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NURS 1103 or HLSC 2613. Medical Terminology. Welcome Course Faculty. Larry Hurst. Main Objective: Learn Medical Terminology. New students to Medical Terminology often bewildered by strange spelling and pronunciation. Approximately 75% of Medical Terms are based on either Greek or Latin.

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Nurs 1103 or hlsc 2613

NURS 1103 or HLSC 2613

Medical Terminology


Welcome course faculty

WelcomeCourse Faculty

Larry Hurst


Main objective learn medical terminology
Main Objective:Learn Medical Terminology

  • New students to Medical Terminology often bewildered by strange spelling and pronunciation.

  • Approximately 75% of Medical Terms are based on either Greek or Latin


Medical terminology mispronunciations
Medical TerminologyMispronunciations

  • Artery - The study of fine paintings.

  • Barium - What you do when CPR fails.

  • Benign - What you are after you be eight.

  • Coma - A punctuation mark.

  • Morbid - A higher offer.

  • Urine - opposite of you’re out.

  • Tablet - A small table.


Course description
Course Description

  • A study of physiological systems approach to provide principles of medical word building. Provides medical vocabulary including anatomy, physiology, systems, diagnostic testing and pharmacology. This course is appropriate for health care administration, health science students such as nursing, dental hygiene, paramedics, and physical therapy assisting; as well as court reporting and medical transcriptionist students.


Course objectives
Course Objectives

  • Apply basic principles of medical word building.

  • Correctly pronounce medical terms.

  • Define common medical terms.

  • Relate common medical terms to human anatomy and physiology; common disease states, pharmacological categories and diagnostic tests.

  • Identify the medical terminology in medical record reports.


16 lessons
16 Lessons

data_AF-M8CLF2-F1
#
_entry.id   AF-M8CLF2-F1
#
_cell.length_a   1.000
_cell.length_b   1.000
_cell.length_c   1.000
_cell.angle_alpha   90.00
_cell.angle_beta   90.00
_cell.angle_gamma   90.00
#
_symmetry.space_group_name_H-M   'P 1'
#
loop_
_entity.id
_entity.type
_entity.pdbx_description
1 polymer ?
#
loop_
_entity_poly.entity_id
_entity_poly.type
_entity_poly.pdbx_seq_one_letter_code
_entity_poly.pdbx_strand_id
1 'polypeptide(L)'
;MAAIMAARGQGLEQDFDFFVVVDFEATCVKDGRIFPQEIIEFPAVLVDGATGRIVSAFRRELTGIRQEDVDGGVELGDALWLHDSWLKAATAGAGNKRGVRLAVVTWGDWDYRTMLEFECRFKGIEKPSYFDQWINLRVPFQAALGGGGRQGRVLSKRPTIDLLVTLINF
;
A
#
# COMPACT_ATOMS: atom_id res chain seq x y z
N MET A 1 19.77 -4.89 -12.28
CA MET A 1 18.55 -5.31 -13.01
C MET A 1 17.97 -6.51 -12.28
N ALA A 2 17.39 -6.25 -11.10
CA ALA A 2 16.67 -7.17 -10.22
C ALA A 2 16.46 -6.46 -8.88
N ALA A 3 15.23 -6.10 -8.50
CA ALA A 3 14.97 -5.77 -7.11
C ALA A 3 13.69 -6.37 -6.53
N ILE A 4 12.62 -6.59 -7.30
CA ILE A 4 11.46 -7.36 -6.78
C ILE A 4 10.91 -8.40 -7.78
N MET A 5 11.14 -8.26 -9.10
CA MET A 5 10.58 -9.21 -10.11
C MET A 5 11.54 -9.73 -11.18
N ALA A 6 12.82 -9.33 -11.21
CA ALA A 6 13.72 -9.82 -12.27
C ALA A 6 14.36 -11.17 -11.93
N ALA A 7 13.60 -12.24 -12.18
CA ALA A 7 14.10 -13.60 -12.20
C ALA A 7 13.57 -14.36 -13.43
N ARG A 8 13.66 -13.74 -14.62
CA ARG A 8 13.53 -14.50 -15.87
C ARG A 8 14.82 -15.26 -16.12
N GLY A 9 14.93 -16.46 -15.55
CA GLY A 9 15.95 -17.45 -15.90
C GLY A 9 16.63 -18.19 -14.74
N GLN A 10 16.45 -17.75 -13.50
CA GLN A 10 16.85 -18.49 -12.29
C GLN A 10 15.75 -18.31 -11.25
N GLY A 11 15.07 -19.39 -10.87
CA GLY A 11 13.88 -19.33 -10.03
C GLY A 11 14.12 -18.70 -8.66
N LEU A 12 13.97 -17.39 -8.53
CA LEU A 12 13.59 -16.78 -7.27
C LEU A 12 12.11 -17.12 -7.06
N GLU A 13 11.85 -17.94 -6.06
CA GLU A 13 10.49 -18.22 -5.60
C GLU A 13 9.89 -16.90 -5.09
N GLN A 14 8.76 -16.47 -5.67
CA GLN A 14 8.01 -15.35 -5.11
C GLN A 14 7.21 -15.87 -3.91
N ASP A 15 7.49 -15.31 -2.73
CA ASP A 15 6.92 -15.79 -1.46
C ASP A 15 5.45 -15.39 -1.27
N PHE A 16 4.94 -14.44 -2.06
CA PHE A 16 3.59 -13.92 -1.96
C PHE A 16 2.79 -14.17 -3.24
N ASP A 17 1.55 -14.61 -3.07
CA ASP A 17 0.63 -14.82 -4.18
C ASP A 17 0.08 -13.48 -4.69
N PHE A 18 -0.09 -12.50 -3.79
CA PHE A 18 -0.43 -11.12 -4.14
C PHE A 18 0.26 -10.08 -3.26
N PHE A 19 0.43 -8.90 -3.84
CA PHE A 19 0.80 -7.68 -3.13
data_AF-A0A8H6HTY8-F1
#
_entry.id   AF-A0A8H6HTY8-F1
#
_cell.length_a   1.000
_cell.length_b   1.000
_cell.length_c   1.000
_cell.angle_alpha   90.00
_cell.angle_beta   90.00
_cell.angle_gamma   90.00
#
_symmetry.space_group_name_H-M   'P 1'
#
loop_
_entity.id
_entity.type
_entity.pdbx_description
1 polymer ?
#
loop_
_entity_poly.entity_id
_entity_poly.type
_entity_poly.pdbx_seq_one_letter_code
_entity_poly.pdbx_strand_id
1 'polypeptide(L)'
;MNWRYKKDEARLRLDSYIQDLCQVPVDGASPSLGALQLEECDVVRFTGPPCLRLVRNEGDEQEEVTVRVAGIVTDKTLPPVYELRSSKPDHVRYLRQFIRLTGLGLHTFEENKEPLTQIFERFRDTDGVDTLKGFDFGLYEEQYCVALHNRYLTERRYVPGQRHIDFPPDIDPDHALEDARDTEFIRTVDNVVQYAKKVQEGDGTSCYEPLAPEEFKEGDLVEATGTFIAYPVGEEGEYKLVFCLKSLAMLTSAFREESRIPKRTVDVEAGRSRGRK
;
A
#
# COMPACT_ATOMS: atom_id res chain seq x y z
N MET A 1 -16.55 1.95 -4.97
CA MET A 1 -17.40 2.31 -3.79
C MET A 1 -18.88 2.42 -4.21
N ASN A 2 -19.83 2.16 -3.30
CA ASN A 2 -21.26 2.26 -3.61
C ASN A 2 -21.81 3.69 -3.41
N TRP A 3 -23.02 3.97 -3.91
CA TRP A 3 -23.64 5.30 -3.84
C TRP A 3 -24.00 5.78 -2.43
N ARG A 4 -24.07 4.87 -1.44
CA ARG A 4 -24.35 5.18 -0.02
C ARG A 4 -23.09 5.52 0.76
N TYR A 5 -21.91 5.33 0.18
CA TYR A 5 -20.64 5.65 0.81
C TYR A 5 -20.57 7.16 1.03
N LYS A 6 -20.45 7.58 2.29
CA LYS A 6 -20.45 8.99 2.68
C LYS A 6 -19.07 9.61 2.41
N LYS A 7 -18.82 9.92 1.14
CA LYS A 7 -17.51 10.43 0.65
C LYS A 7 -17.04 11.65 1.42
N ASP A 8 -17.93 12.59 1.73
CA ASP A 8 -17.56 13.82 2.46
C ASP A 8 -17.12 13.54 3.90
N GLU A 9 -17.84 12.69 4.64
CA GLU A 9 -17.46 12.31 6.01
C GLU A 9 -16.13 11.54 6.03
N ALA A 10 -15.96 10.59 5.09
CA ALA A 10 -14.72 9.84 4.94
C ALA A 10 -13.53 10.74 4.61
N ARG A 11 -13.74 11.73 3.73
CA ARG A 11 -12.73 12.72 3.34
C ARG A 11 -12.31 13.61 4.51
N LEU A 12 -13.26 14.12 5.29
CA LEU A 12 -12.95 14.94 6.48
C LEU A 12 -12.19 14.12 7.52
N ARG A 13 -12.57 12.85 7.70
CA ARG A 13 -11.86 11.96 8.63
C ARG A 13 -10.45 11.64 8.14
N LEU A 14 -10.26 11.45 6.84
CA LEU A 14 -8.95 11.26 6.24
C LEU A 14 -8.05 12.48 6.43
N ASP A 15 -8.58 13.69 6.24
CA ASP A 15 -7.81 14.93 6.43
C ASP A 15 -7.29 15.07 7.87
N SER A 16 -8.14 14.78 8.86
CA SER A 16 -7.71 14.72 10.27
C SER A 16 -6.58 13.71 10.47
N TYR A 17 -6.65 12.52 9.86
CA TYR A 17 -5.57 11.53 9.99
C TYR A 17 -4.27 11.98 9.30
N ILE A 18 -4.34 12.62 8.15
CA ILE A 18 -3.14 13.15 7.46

• 1. Basic Elements of a Medical Word

  • 2. Suffixes: Surgical, Diagnostic, etc

  • 3. Suffixes: Adjective, Noun, Diminutive

  • 4. Prefixes

  • 5. Body Structure

  • 6. Integumentary System

  • 7. Gastrointestinal System


Lessons continued
Lessons, continued

  • 8. Respiratory System

  • 9. Cardiovascular System

  • 10. Blood, Lymph, and Immune Systems

  • 11. Musculoskeletal System

  • 12. Genitourinary System

  • 13. Female Reproductive System

  • 14. Endocrine System


Lessons continued1
Lessons, continued

  • 15. Nervous System

  • 16. Special Senses


A busy course
A Busy Course!

  • Are you feeling like a lot of information is about to come your way?

  • The answer is YES.


Now lets begin

Now, lets begin

Chapter 1

Basic Elements of Medical Word


Medical dictionary use
Medical Dictionary Use

Look Up Unfamiliar Terms


Word roots wr
Word Roots (WR)

  • Usually derived form Greek or Latin

  • Frequently indicates a body part

  • Most medical terms have one or more word roots



Combining forms cf
Combining Forms (CF)

  • Combining Form (CF) is a Word Root (WR) plus a vowel, usually an “o”

  • Usually indicates a body part


Combining forms examples
Combining Forms Examples

  • Cardi/ + o = cardi/o heart

  • gastr/ + o = gastr/o stomach

  • hepat/ + o = hepat/o liver

  • nephr/ + o = nephr/o kidney

  • oste/ + o = oste/o bone


Suffixes
Suffixes

  • Word Ending

  • Suffix usually indicates a procedure, condition, disease, or part of speech

  • Usually derived from Greek or Latin


Examples of suffix
Examples of Suffix

  • Arthr/o -centesis Arthrocentesisjoint puncture puncture of a joint

  • throac/o -tomy Thoracotomychest incision incision of the chest

  • gastr/o -megaly Gastromegalystomach enlargement enlargement of the stomach


Prefixes
Prefixes

  • Word element located at the beginning of a word

  • Changes the meaning of the word

  • Usually indicates a number, time, position, direction, color, or sense of negation


Examples of prefix
Examples of Prefix

  • A- mast -ia without breast condition

  • hyper- therm -ia

    excessive heat condition

  • intra- muscul -ar in muscle relating to


Basic rule one
Basic Rule One

  • A WR (word root) is used before a suffix that begins with a vowel.Scler/ + osis = sclerosis


Basic rule two
Basic Rule Two

  • A combining vowel is used to link a WR to a suffix that begins with a consonant and to link a WR to another WR to form a compound wordcolon/o + scope = colonscopeosteo/ o/ chondr/ itis = osteochondritis


Defining medical words
Defining Medical Words

  • First, define the suffix or ending

  • Second, define the prefix, or beginning

  • Third, define the middle


Pronunciation guidelines
Pronunciation Guidelines

  • Ae and oe

  • c and g

  • e and es

  • ch

  • I

  • pn

  • ps



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